Internet radio station playing the top tracks from the /r/vintageobscura sub-reddit.
Why you should listen to every album by a band you love
At Homebrew Website Club on Wednesday, GWG challenged me to explore owning my scrobbles, pointing me to Jan’s implementation (GitHub). I said I listen to way too much music and I’d need to do a separate WordPress install on a subdomain dedicated to tracking listens, so I ruled it out.
Except then I came across ClassicPress and am curious about trying it out.
And I decided to port my playlists from Spotify to Tidal and got correspondingly irritated about walled gardens and data portability and losing the full record of some of my playlists because Tidal doesn’t have rights to some of the songs. And I came across kandr3s’ online playlists where his playlists are recreated in order with links / embeds to play the songs.
So now I’m thinking about it 😂 #idontneedanotherwebsite
Not making any promises…but pondering what my goal would be with the data. Would it be just a backup of Last.fm that I owned, or would I be able to manipulate the data more than I could there?
Keeping accessible format playlists has some appeal, although potentially a lot of manual work unless I found some way to transform the csv files I downloaded from Exportify into a blog post. The files do include the Spotify URIs for the tracks, albums and artists so I’m sure there’s a way that I’d just have to figure out. Although, I’d want to give more thought to what I would use the playlist for, to make it a useful format.
I feel like there should be a micropub client for listens, really, where you had (later searchable and sortable) fields for track, artist, album, and year the album came out. Something like indiebookclub, except indiemusicclub 😎
Actually, this type of listening library is another type of personal library for me to get ideas about at the upcoming Personal Libraries Pop-Up.
Data: I’m relying solely on last.fm data since I learned that Spotify Wrapped only uses data through the end of October, which cuts off two whole months of listening. The numbers differ between Spotify and last.fm, which makes me wonder if one of them is being dumb, or some scrobbles aren’t making it to last.fm. The Musicorum project turns your last.fm stats into a Wrapped-style report.
What I Listened To
- 4100 unique tracks
- 1650 artists
- 2700 albums
I like Spotify Wrapped but am always a little irritated it comes out in December instead of January — there’s still a whole month left! But apparently I listen more than most people… and maybe a lot of people screw up their stats with holiday music in December?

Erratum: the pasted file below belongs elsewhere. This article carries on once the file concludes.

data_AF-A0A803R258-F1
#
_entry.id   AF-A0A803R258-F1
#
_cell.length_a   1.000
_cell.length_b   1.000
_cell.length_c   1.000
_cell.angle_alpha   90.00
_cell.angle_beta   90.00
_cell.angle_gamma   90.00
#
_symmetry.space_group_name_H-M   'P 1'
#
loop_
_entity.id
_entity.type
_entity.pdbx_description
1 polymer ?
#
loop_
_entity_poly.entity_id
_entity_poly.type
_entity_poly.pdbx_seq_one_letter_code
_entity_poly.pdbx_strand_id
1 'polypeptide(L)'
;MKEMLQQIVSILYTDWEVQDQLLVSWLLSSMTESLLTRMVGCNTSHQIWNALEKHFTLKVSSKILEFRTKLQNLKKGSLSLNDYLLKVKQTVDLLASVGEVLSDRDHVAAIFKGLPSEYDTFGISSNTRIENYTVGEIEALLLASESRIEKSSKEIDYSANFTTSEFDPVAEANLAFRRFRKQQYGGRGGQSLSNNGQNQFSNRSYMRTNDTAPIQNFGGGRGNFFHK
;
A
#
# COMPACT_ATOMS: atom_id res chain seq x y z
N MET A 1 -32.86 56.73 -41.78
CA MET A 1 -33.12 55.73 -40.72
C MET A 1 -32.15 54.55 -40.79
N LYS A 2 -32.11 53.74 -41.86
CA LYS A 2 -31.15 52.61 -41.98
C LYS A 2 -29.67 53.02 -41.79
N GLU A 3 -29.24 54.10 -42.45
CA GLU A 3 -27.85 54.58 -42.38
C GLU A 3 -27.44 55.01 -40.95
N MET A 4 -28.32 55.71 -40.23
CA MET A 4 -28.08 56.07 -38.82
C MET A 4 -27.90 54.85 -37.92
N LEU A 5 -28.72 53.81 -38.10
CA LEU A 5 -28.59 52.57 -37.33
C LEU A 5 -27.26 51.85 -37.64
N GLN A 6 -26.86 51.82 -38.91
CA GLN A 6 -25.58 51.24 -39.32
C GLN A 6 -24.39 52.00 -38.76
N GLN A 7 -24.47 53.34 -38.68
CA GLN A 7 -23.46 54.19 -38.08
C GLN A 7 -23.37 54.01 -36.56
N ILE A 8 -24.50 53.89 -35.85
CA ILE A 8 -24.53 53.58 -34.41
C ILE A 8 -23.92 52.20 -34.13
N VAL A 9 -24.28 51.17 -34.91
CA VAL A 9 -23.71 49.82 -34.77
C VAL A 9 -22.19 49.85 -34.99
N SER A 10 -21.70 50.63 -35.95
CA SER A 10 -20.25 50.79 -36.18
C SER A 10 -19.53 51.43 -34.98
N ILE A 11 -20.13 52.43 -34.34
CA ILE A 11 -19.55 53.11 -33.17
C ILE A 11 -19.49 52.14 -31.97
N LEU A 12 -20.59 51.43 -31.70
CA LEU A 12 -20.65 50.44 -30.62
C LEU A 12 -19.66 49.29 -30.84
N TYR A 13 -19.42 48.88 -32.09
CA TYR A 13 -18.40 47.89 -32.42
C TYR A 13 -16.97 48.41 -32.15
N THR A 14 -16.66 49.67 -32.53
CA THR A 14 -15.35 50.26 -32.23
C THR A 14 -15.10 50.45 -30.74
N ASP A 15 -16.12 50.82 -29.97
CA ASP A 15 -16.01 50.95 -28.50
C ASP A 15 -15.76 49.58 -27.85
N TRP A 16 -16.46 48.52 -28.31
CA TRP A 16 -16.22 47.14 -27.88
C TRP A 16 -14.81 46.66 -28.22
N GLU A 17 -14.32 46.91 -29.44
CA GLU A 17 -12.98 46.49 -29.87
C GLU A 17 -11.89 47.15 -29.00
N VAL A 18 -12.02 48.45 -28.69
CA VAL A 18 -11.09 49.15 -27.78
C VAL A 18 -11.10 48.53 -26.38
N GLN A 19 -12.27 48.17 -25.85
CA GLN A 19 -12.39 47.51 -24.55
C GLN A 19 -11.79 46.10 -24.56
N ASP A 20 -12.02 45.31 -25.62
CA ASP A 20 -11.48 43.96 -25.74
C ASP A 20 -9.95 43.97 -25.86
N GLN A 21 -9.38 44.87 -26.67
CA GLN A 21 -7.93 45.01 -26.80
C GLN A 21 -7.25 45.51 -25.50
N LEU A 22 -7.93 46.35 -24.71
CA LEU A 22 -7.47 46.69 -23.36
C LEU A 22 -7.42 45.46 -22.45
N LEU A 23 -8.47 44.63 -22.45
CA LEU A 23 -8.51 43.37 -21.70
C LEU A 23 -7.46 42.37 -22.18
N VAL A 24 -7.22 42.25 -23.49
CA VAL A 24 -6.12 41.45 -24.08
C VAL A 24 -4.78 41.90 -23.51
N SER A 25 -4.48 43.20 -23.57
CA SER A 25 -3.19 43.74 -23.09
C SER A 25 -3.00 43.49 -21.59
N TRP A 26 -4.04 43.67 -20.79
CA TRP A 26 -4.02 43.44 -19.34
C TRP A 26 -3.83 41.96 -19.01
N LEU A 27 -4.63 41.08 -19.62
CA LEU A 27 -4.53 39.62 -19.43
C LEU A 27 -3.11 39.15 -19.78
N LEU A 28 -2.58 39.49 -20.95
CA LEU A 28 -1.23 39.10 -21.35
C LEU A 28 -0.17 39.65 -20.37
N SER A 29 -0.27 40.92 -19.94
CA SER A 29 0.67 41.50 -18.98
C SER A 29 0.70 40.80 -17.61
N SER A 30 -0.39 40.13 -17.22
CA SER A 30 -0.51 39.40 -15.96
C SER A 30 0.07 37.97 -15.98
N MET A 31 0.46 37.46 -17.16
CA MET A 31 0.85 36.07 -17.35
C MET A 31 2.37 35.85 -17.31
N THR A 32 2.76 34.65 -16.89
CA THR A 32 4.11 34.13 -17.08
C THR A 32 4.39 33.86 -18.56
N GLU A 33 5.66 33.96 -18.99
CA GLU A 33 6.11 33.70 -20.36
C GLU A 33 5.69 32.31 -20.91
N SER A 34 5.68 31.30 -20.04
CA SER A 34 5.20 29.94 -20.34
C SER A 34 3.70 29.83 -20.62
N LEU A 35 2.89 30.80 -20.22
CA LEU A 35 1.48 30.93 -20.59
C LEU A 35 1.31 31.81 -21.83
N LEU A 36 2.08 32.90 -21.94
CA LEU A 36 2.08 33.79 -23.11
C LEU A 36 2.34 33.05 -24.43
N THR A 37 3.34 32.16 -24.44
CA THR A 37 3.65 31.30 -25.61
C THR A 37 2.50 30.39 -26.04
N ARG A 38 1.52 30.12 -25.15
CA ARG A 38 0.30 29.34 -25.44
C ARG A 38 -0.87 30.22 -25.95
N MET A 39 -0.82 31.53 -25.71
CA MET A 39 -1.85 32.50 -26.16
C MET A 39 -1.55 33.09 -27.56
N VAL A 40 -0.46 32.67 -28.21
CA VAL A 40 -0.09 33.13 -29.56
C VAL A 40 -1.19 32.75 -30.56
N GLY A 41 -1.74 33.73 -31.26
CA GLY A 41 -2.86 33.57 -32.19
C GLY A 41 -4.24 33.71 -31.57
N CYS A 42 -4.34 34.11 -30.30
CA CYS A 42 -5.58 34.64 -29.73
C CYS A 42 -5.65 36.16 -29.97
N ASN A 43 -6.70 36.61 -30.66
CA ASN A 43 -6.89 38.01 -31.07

That’s a bit over 20 hours a week, or about 3 hours a day. That doesn’t seem like that much to me? But I think I tend to be a gorger of music and books, while lots of other people gorge on TV or video games 🤷♀️
As per usual, Spotify has bonkers genres and claims I’ve listened to 140. My top genres (two of which I recognize):
(Playlists from Every Noise at Once – should be a way to find more songs I like 😉)
My top artists are no surprise: Islands, Ladytron, Tame Impala, Spoon and OK Go. Though I try to listen to a variety of music – I listened to 1906 artists (so far) in 2021 – those favs mark a pretty good indicator of my age. Guess we just can’t escape the sounds of our late teens, early twenties 🤷♀️
I have to lol that I am indeed the super-est fan to superfan of my favorite very indie band no one has heard of, Islands <3
And to round it out, my top five tracks:
I know they like to switch it up every year but I liked the “how many countries” stat they had in the past, especially since that’s nigh impossible to figure out yourself. They probably design this more for the average listener, and need to have stats that will be interesting for everyone no matter how much they’ve listened to.
It’s frustrating they have all this data that we can’t access. I get more than a lot of people because I use LastFM but that isn’t in a format you can analyze like this. They also do a year end report (actually at the end of the year) but again doesn’t let you see the data. Too bad our data laws don’t let us download our own data, in a usable format that doesn’t require transforming or cleaning up first (looking at you Fitbit).
Let people explain what they’re doing in their own words. Rewatching the interviews, I saw myself eagerly jumping in to demonstrate that I’d done my research and knew what the interviewees were talking about, which accomplished nothing useful aside from stroking my own ego. It’s easy to get overexcited about having learned a lot of new information in a short period of time, but asking open questions and letting people share what’s most important and meaningful to them and their organization is far more important.